If you are willing to get the provisional patent application, get all your queries answered by reading the blog here.
- What should be the name of the inventor on a provisional application?
The term “inventor” refers to anyone who creates (e.g., completes the mental embodiment) at least one claim. A person who is an inventor does not merely apply an inventive idea (without contributing any conceptual insight). It is not always true that authors of academic papers are inventors.
- Invention ownership: who owns it?
According to U.S. law, patent rights are the property of the inventor, but most inventors must assign their patent rights to their employers due to contractual obligations or institutional intellectual property policies.
A contractor or collaborator may also be required to assign his or her patent rights if he or she is engaged elsewhere.
Two entities may have an undivided ownership interest in a provisional application if their inventors are each obligated to assign their rights to their respective entities.
Patent claims should be included in provisional applications, since they can reveal who invented (and owned) an invention.
The first thing you should do after filing a provisional application is get inventor assignments. In this way, the assignee can file continuing and PCT applications claiming priority over provisional applications, grant licenses, etc.; and it also eliminates potential ownership uncertainty during diligence or litigation.
- In what country was the invention invented?
Before filing a U.S. provisional application, the patent office of another country may require a foreign filing license. In some cases, a nonprovisional U.S. application claiming priority over the foreign application may be filed first in another country.
A patent can also be owned by another entity if it was invented elsewhere (e.g., by a company or institution elsewhere in the U.S. or abroad), for example, if its employees are inventors or if the company provides facilities or services to the inventor(s).).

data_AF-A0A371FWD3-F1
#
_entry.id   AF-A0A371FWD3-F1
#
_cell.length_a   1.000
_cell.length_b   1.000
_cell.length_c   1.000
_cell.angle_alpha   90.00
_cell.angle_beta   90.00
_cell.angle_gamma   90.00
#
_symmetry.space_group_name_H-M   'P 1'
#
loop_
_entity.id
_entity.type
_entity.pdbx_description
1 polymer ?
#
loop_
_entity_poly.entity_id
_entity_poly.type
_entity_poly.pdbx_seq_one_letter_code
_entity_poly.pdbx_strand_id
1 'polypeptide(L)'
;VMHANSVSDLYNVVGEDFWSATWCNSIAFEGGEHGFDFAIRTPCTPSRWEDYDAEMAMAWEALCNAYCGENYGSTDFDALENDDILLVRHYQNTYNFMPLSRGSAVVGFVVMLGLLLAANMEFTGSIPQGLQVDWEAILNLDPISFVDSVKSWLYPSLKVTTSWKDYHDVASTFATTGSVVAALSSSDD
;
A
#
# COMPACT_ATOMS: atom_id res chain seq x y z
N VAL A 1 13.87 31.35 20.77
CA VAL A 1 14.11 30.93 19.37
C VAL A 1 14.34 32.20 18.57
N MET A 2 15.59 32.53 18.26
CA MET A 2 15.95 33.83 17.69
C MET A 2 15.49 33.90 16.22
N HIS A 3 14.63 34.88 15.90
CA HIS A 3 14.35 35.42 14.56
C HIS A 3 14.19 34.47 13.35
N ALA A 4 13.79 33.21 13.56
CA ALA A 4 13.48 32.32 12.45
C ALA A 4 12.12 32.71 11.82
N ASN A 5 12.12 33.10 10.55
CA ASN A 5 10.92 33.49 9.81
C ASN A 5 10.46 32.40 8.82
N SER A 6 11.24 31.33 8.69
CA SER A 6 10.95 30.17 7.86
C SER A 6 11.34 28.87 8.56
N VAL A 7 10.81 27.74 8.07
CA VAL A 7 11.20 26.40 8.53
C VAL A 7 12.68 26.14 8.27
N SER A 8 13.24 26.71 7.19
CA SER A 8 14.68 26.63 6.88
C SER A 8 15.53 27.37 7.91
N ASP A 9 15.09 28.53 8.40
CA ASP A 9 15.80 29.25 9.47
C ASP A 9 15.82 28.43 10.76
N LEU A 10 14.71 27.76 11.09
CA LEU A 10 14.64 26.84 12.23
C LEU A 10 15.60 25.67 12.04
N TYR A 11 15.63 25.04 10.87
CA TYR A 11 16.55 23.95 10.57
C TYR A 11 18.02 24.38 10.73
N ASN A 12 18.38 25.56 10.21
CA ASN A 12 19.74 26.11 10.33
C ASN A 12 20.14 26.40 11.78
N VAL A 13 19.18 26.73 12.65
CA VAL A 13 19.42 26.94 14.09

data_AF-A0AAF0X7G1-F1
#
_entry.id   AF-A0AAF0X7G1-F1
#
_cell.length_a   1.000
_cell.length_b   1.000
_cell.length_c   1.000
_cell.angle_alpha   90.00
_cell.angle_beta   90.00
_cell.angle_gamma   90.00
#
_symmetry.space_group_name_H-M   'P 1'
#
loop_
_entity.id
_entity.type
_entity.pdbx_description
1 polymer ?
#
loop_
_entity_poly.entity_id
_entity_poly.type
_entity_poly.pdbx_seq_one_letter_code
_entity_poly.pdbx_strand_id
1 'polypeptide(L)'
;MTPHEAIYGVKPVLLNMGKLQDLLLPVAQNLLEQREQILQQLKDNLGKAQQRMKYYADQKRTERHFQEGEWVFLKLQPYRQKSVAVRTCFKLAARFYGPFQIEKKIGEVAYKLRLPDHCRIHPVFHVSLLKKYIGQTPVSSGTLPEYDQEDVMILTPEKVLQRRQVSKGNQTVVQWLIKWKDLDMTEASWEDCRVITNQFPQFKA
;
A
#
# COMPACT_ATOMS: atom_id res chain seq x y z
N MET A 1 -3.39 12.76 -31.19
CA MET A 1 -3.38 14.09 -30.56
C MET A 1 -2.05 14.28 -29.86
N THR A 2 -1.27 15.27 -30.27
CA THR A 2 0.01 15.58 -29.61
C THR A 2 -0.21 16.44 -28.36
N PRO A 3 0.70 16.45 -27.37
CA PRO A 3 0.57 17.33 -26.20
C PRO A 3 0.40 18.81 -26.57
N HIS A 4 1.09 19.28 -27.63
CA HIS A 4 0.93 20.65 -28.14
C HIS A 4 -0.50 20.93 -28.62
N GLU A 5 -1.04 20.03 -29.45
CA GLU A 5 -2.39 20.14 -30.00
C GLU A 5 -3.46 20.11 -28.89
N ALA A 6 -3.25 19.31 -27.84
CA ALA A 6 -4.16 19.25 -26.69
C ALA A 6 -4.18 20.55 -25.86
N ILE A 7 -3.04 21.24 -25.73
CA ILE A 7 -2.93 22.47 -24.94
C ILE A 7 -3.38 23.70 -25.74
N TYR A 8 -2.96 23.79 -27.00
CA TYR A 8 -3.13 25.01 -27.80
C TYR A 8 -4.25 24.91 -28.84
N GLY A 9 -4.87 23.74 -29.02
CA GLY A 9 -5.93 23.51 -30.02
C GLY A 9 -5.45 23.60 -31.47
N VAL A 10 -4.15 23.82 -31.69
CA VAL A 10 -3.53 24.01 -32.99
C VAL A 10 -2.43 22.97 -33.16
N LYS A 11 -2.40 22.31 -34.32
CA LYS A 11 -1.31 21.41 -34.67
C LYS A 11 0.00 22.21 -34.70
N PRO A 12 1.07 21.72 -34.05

A license or joint research agreement with another entity may reduce disputes over ownership and control involving inventors from that organization.
- I have a provisional application. When do I have to “convert” it?
It is necessary to file a nonprovisional application and/or foreign patent application within one year of filing a provisional application in order to “convert” it to a nonprovisional application. Nonprovisional applications and/or foreign applications can be filed before one year after the filing date of the provisional application. It will speed up the examination process as well as initiate the term of any patent that might issue based on the nonprovisional or foreign application.
- The same invention can be filed more than once as a provisional application?
The applicant may file a provisional application as many times as he or she desires during the first year of the application’s “life span.”
On-going projects often require multiple provisional applications, with each provisional application representing an incremental advance and/or milestone. By doing so, every advance receives the earliest priority date possible. The concept disclosed in these multiple provisional applications can be used to file patent applications that claim priority to each provisional application prior to the expiration of the first provisional application.
A provisional patent application is always a bad idea for your business